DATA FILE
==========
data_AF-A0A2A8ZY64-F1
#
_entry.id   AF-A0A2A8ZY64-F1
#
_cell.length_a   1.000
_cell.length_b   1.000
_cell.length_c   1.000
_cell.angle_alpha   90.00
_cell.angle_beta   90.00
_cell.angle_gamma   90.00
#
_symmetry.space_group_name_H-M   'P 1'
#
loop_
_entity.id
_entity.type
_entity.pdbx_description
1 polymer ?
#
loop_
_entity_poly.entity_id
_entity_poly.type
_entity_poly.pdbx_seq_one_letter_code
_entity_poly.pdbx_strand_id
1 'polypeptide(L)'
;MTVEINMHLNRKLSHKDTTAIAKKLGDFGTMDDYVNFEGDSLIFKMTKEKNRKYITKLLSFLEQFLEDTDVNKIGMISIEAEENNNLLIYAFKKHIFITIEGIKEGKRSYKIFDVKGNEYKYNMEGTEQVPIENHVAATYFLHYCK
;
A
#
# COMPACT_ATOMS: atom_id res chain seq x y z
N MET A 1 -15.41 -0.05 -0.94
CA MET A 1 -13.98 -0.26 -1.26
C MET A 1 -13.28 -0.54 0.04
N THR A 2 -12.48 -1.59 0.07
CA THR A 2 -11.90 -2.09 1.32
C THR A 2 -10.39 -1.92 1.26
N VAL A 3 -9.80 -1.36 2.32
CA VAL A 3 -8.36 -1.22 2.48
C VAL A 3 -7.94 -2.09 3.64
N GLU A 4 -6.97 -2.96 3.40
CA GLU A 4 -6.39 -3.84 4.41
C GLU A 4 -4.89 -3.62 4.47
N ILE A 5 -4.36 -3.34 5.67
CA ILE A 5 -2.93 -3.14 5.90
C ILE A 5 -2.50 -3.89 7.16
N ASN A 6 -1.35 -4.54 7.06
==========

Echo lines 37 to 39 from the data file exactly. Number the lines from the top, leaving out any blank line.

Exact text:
N VAL A 3 -9.80 -1.36 2.32
CA VAL A 3 -8.36 -1.22 2.48
C VAL A 3 -7.94 -2.09 3.64